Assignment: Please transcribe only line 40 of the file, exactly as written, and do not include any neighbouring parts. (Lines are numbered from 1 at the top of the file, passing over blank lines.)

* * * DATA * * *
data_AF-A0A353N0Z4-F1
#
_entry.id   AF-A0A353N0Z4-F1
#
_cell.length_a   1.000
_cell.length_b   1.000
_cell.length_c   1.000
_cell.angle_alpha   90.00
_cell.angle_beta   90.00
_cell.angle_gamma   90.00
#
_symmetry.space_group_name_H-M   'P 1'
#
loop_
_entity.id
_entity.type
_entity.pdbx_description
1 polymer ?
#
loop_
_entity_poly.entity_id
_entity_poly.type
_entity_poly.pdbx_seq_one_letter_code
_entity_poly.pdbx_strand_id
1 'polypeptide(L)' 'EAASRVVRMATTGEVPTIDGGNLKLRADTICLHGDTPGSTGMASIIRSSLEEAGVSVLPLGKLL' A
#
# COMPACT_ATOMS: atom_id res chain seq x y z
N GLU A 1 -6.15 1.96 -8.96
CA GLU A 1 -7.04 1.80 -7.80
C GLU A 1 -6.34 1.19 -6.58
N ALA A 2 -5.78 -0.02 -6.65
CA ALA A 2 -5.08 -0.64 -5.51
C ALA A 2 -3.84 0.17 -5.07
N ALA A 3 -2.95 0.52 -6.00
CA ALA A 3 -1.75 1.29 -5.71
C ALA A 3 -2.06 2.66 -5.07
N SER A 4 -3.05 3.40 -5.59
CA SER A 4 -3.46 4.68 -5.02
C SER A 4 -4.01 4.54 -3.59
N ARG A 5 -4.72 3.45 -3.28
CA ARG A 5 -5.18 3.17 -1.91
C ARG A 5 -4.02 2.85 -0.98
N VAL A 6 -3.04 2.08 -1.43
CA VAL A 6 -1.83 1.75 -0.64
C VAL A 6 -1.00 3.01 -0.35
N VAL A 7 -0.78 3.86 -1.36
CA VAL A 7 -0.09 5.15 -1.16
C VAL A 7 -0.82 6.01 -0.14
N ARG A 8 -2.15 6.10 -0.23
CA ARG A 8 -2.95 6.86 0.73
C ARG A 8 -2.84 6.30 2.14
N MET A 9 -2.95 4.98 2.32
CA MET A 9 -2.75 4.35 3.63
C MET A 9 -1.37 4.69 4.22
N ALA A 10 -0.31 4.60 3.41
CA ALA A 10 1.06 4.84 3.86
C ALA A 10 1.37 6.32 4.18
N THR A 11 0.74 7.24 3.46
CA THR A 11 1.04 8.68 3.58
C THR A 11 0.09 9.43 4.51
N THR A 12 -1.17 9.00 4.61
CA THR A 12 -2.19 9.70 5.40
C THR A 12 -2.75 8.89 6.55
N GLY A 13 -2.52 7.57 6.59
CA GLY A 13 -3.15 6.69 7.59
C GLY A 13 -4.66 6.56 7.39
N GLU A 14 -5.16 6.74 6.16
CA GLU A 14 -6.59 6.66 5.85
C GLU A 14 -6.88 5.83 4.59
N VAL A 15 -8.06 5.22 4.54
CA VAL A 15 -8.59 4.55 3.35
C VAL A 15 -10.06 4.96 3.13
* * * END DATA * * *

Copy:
N ARG A 5 -4.72 3.45 -3.28